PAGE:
Why Patient Follow-Up?

While our Mobile Clinics bring quality healthcare directly to the poor, we know that when patients are simply referred to local hospitals for treatments at the end of the week they often fail to receive the actual treatment they need. Our year-round patient follow-up program offers patient care to supplement and help navigate the complex systems across our sites - providing financial resources for treatments, emotional support, nutritional assistance for malnourished families, and educational resources to help individuals better understand their conditions.  

These are a few of the amazing women we met this winter. They are getting quality healthcare and treatments, all thanks to your dedication to the Movement and specifically your participation in Service Learning Trips. Join a trip today!

Let’s meet some of our Lima winter Mobile Clinic follow-up patients!


Nora

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Nora adores her two children, a 9-year-old and a 2-year-old.

But it has been hard for her since being diagnosed with Type II diabetes last February. During her most recent pregnancy, she was considered high risk because she had two previous miscarriages and she began to experience intense depression. Then her 2-year-old was born very prematurely, which caused a series of complications - including a heart problem. Nora continued to struggle with depression during this period, causing her to gain weight and heightened her risk for diabetes.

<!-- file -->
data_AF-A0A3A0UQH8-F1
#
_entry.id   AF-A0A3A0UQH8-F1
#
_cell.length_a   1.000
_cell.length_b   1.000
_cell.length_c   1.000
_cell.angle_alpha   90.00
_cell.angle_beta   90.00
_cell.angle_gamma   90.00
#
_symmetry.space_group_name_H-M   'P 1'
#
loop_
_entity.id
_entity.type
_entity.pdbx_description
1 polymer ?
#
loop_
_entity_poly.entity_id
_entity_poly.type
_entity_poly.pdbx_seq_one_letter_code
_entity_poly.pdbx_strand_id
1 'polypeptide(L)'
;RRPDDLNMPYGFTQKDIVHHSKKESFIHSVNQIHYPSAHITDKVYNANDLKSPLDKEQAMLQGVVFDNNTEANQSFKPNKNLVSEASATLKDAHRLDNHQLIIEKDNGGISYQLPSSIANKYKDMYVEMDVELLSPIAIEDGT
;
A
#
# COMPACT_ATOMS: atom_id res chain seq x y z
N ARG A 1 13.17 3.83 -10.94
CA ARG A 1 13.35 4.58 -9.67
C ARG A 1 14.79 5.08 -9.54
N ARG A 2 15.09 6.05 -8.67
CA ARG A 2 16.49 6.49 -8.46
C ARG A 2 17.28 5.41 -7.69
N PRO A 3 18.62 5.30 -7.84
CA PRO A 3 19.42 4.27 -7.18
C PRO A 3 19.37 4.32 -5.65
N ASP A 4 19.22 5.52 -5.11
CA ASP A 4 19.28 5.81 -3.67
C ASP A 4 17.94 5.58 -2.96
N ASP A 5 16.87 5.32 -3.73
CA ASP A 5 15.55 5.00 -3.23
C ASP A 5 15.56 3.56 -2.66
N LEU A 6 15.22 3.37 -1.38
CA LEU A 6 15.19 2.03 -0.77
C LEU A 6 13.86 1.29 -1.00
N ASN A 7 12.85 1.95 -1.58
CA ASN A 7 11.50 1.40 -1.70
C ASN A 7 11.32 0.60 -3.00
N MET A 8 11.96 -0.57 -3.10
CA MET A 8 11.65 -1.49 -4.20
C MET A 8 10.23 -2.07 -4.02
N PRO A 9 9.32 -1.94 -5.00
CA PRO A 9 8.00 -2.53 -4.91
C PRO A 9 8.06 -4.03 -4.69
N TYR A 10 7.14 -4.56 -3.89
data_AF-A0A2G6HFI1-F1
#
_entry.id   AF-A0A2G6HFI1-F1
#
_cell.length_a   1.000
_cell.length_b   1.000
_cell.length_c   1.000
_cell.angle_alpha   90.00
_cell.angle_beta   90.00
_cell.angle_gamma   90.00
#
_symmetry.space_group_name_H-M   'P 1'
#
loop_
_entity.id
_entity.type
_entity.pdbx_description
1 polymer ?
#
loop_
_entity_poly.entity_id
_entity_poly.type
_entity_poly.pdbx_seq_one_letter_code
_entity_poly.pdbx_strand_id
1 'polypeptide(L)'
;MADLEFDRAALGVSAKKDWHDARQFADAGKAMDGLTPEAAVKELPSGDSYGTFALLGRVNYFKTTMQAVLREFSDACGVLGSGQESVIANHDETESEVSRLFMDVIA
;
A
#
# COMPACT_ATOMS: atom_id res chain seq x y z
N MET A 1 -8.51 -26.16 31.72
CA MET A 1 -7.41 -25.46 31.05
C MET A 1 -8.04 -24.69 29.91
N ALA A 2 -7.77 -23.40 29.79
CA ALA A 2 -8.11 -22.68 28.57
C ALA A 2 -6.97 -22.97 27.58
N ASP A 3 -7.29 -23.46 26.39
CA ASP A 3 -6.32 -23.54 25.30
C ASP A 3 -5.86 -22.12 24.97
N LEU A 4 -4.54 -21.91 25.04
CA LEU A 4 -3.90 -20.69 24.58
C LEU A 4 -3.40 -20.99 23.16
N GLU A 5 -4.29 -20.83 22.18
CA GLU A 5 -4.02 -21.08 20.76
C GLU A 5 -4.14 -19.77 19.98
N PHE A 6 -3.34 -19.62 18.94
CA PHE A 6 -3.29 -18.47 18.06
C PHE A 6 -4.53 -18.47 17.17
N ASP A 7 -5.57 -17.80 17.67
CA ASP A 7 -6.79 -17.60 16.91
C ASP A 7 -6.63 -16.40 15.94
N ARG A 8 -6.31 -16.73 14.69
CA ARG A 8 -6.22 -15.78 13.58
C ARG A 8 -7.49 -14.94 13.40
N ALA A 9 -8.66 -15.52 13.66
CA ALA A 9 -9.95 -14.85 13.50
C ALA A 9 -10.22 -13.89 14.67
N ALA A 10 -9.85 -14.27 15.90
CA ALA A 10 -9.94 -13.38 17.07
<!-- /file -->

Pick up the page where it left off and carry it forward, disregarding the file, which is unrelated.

Nora has lost 30 kilograms (approximately 66 pounds) since her diabetes diagnosis. The next steps in her treatment will include a full kidney panel, a change in diet with increased exercise, and a referral to meet with a psychologist. Our team is here to support Nora in any way possible - and we’re hoping the results from her kidney panel are normal so she can return to her kids happier and healthier than ever!

 Mileydi Marlene 

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Mileydi Marlene has a tumor on her cheek that the doctor believes to be a growth of the bone, which she said she’s had since she was a little girl.

The Peruvian public health insurance company, Seguro Integral de Salud, offered to cover a small portion of an operation, but since it is a complicated surgery it would cost at least double what they’ve offered. Frustrated, she turned to a MEDLIFE Mobile Clinic for support.

Mileydi Marlene is going to have an exam of the tumor as well as an appointment with a plastic surgeon to see what next steps can be taken to remove it, and our team will be with her every step of the way!

 Kimberly